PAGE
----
, required to be paid to experienced employees under the various Orders of the Roard.
Application forms are supplied and the employee and employer complete the
form. It is checked to see that everything is in accordance with the provisions of the
specific Order under which the permit is sought, and also to make sure the employer
does not exceed his quota of this type of help, as a limitation is set in the Act itself
to ensure that permits are not used for the sole purpose of cutting down the wage bill.
Inspectors assist in checking these forms.
If the Board is satisfied that everything is in order, an original permit is sent to
the employee and a duplicate to the employer.
When the permit expires it is returned to the office for cancellation on the Board's
records.
As lower rates for learners are not deemed to be basic rates, it is permissible for
employers to make periodic increases sooner than the permit requires. We have found
recently that many employees are receiving increases much quicker than at the specific
dates designated on the permits. It is also noticeable that owing chiefly to the difficulty
of obtaining help some employers start the learners in advance of the rates in the
Orders. When the application discloses this tendency the permit is always issued on
the basis of the higher rate. If the employee is raised to the minimum for experienced
employees before the permit expires it is returned and cancelled on the Board's records. I 52 DEPARTMENT OF LABOUR.
During the year 1,726 of these special licences or permits were granted to inexperienced female workers. They were taken out by employers in the following
occupations or industries:— XT    ,      ,_.
Number of Licences
Industry or Occupation. issued.
Telephone and telegraph  .  10
Personal service  23
Mercantile .  187
Manufacturing   305
Laundry, cleaning and dyeing  349
Office   363
Hotel and catering  . '____ 489
Total     1,726
In the laundry, cleaning and dyeing industries and also in the hotel and catering
industries the current Orders now require licences for inexperienced employees of any
age, either under or over 18.
In all the other groups these permits are only needed for inexperienced women
18 years of age.
Order No. 59 made under the " Male Minimum Wage Act," covering the mercantile industry, makes provision for youths of two age-groups to be employed under
permit at varying rates. Those from 18 to 21 have one sliding scale of learners' wages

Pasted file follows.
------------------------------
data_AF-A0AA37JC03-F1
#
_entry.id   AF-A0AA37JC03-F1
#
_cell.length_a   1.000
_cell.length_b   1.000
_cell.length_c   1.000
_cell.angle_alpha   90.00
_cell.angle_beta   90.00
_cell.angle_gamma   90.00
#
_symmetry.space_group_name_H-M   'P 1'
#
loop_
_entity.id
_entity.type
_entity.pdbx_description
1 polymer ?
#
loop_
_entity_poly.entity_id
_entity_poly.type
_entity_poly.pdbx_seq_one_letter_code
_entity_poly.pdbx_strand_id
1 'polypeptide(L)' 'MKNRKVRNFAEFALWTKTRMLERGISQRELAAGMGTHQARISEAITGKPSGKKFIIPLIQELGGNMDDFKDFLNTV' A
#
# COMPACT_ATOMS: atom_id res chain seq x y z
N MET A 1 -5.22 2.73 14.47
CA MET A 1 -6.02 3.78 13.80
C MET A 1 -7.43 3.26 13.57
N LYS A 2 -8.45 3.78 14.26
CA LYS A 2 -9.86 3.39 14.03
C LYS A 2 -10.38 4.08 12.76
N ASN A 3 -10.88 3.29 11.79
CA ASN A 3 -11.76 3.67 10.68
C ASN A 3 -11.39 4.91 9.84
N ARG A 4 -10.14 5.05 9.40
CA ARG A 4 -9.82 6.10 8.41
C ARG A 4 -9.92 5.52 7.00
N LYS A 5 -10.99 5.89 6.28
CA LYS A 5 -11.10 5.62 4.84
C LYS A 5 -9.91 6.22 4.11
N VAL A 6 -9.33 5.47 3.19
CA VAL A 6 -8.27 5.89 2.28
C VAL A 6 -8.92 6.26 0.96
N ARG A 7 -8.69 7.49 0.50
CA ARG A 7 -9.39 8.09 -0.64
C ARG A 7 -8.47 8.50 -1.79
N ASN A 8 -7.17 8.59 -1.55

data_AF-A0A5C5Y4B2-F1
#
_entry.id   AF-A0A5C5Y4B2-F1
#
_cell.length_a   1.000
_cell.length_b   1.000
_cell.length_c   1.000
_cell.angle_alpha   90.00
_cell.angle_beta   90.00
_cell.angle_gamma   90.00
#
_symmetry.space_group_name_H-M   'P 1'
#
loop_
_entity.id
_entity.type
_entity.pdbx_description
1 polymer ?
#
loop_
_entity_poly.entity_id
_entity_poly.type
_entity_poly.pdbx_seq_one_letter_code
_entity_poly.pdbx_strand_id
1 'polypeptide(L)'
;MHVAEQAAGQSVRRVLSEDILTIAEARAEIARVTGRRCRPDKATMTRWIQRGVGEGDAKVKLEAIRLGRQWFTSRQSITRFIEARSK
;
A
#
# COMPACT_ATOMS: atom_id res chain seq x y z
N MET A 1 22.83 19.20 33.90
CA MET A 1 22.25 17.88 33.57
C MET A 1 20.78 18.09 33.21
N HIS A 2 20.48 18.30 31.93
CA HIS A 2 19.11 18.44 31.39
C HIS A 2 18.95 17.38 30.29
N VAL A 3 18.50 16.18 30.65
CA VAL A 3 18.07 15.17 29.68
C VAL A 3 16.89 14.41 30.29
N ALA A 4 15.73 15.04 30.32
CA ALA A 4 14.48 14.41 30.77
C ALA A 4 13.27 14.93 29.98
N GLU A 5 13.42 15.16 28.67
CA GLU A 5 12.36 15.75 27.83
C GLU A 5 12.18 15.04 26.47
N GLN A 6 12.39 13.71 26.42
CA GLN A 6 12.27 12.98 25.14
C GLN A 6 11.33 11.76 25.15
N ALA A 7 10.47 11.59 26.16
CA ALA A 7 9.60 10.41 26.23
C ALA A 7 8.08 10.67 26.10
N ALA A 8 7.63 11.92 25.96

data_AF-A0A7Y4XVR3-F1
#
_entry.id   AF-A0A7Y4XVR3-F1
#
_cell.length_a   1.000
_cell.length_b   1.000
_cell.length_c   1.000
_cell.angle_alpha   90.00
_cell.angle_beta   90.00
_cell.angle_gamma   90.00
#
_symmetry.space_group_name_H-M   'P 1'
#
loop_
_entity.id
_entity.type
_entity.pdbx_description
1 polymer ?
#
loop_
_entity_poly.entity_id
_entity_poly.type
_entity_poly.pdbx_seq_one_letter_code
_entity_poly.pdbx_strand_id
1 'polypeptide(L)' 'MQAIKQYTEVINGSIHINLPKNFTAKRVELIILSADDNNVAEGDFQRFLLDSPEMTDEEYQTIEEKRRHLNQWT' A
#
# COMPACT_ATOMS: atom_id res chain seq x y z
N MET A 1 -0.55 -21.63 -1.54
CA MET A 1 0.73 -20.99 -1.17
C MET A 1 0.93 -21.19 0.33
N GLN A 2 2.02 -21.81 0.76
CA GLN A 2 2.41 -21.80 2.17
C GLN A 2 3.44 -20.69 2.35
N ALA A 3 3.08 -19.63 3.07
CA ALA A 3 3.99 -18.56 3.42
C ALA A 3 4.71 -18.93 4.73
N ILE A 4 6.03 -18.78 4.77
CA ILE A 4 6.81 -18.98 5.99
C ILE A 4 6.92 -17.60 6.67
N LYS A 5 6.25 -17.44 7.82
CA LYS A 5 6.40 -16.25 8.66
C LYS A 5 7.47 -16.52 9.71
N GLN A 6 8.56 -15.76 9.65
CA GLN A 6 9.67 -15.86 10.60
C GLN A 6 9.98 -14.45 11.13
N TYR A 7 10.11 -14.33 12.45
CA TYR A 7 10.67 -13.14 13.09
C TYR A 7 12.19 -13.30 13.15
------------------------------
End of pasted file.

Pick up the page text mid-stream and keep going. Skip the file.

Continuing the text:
and young men from 21 to 24 may have permits issued under another scale set out
in Order No. 59.
One hundred and seven permits under this Order were granted during 1941. This
was 36 less than in 1940.
WAR BRINGS DIFFERENT WORK TO WOMEN.
Men and women throughout the Province are exerting all their efforts, in whatever line of work they follow, to do the urgent task facing them all, helping to the
utmost those in authority to increase production of commodities needed to win the
war, or to give their services to maintain their freedom.
Into this important work women and girls are entering in increasing numbers.
Under the stress of present conditions they have undertaken work that was formerly
considered as being beyond their physical strength and endurance.
That they are making a success of these unfamiliar tasks is definitely proved by
direct contact with employers, some of whom were sceptical about the advisability of
hiring women and girls, but now frankly admit that they are experiencing less inconvenience in their operations than they expected when they changed their personnel
from men to women, and others state the women are excelling in certain occupations.
There are types of work too heavy for most women, but in repetitive operations,
in work requiring dexterity of fingers and hands, in checking and examining, and in
routine duties the girls have often proved to be more adaptable and suited to the work
than men and boys.
Other women and girls have risen to executive positions, receiving promotions due
to rearrangement of staffs.
At this date it is difficult to foresee what post-war conditions will bring to these
female employees who are doing such unfamiliar work as welding, machine-tending
in sash and door plants and other wood-working establishments, assembly and checking
in electrical, gun, and aeroplane factories, or sanding and glueing in furniture plants.
Others are doing lathe-work, spot welding, operating stamping-presses, working on
winding and small cable machines in establishments making metal tanks, drums, or
wire ropes.
Berry-boxes are being stitched by girls who also operate saws in these plants.
In furniture factories the girls may be found operating the wood-working, boring,
sanding, and other light machines.
Where veneer products are manufactured most of the operations seem to be
particularly suitable for women and girls to handle. REPORT OF DEPUTY MINISTER, 1941. I 53
Certain lumber companies have put girls to work grading spruce and working in
their laboratories.
Drill-presses, buffers and grinders are operated by girls in a saw factory. They
also insert teeth in the saws.
Labelling packages, putting together small battery-lights, operating wire-straightening machines, cutting keg-heads; grading, sorting, and bundling barrel-staves, and
counting rivets and bolts are all new occupations for female industrial workers.
We are becoming used to having our groceries, meats, laundry, telegrams, and
small packages delivered by girls on bicycles or driving light trucks.
The Board is ever alert to changing conditions, and keeps in touch with employers
to see that the welfare of their employees is properly safeguarded. Proper clothing is
recommended, and employers are co-operating in providing necessary lunch-rooms and
sanitary arrangements.
CONCLUSION.
We would not like to close this report without extending our appreciation to
employers and employees who have co-operated with the Board and its officials in